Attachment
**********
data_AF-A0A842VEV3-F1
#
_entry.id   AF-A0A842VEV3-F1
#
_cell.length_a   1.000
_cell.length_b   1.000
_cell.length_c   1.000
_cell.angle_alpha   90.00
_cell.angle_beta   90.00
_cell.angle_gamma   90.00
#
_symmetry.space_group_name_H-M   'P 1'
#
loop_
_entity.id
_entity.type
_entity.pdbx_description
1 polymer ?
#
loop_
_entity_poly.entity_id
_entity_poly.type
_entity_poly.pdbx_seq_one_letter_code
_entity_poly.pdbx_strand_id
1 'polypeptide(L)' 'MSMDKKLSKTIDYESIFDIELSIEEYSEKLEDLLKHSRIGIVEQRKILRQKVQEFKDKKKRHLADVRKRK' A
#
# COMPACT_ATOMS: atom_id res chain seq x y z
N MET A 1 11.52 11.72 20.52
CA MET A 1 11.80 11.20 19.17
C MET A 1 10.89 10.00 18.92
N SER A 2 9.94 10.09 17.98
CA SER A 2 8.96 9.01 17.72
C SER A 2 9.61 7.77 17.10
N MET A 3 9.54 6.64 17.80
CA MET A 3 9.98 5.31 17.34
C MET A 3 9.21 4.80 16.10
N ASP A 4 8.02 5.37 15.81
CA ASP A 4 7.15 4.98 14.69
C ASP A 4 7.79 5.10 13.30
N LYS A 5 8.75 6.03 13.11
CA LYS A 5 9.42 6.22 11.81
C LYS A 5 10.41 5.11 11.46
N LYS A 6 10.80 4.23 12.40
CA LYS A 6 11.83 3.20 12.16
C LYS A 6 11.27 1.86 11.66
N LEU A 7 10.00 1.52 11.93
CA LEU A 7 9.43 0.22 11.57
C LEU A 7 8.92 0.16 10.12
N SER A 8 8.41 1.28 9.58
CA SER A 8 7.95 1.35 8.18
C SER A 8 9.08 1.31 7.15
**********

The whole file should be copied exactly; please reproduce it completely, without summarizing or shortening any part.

data_AF-A0A842VEV3-F1
#
_entry.id   AF-A0A842VEV3-F1
#
_cell.length_a   1.000
_cell.length_b   1.000
_cell.length_c   1.000
_cell.angle_alpha   90.00
_cell.angle_beta   90.00
_cell.angle_gamma   90.00
#
_symmetry.space_group_name_H-M   'P 1'
#
loop_
_entity.id
_entity.type
_entity.pdbx_description
1 polymer ?
#
loop_
_entity_poly.entity_id
_entity_poly.type
_entity_poly.pdbx_seq_one_letter_code
_entity_poly.pdbx_strand_id
1 'polypeptide(L)' 'MSMDKKLSKTIDYESIFDIELSIEEYSEKLEDLLKHSRIGIVEQRKILRQKVQEFKDKKKRHLADVRKRK' A
#
# COMPACT_ATOMS: atom_id res chain seq x y z
N MET A 1 11.52 11.72 20.52
CA MET A 1 11.80 11.20 19.17
C MET A 1 10.89 10.00 18.92
N SER A 2 9.94 10.09 17.98
CA SER A 2 8.96 9.01 17.72
C SER A 2 9.61 7.77 17.10
N MET A 3 9.54 6.64 17.80
CA MET A 3 9.98 5.31 17.34
C MET A 3 9.21 4.80 16.10
N ASP A 4 8.02 5.37 15.81
CA ASP A 4 7.15 4.98 14.69
C ASP A 4 7.79 5.10 13.30
N LYS A 5 8.75 6.03 13.11
CA LYS A 5 9.42 6.22 11.81
C LYS A 5 10.41 5.11 11.46
N LYS A 6 10.80 4.23 12.40
CA LYS A 6 11.83 3.20 12.16
C LYS A 6 11.27 1.86 11.66
N LEU A 7 10.00 1.52 11.93
CA LEU A 7 9.43 0.22 11.57
C LEU A 7 8.92 0.16 10.12
N SER A 8 8.41 1.28 9.58
CA SER A 8 7.95 1.35 8.18
C SER A 8 9.08 1.31 7.15